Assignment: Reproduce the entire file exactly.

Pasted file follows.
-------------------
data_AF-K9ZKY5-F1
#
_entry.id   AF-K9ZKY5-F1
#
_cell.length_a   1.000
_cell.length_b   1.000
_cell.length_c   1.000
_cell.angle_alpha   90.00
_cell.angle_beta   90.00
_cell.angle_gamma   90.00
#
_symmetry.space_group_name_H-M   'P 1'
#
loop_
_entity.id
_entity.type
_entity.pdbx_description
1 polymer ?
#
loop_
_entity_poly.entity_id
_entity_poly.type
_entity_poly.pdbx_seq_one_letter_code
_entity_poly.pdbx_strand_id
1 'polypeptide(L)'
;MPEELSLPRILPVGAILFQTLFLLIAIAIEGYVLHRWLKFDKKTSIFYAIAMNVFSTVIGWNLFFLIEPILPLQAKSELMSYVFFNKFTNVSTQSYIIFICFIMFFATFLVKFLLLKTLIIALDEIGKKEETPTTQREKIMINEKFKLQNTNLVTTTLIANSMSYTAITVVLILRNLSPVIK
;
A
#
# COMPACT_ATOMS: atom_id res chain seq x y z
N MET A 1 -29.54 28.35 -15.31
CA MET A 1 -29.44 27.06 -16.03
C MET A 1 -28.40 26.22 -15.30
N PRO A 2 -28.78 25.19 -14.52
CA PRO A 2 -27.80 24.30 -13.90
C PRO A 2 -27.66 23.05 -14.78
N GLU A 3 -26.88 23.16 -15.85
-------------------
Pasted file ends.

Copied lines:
data_AF-K9ZKY5-F1
#
_entry.id   AF-K9ZKY5-F1
#
_cell.length_a   1.000
_cell.length_b   1.000
_cell.length_c   1.000
_cell.angle_alpha   90.00
_cell.angle_beta   90.00
_cell.angle_gamma   90.00
#
_symmetry.space_group_name_H-M   'P 1'
#
loop_
_entity.id
_entity.type
_entity.pdbx_description
1 polymer ?
#
loop_
_entity_poly.entity_id
_entity_poly.type
_entity_poly.pdbx_seq_one_letter_code
_entity_poly.pdbx_strand_id
1 'polypeptide(L)'
;MPEELSLPRILPVGAILFQTLFLLIAIAIEGYVLHRWLKFDKKTSIFYAIAMNVFSTVIGWNLFFLIEPILPLQAKSELMSYVFFNKFTNVSTQSYIIFICFIMFFATFLVKFLLLKTLIIALDEIGKKEETPTTQREKIMINEKFKLQNTNLVTTTLIANSMSYTAITVVLILRNLSPVIK
;
A
#
# COMPACT_ATOMS: atom_id res chain seq x y z
N MET A 1 -29.54 28.35 -15.31
CA MET A 1 -29.44 27.06 -16.03
C MET A 1 -28.40 26.22 -15.30
N PRO A 2 -28.78 25.19 -14.52
CA PRO A 2 -27.80 24.30 -13.90
C PRO A 2 -27.66 23.05 -14.78
N GLU A 3 -26.88 23.16 -15.85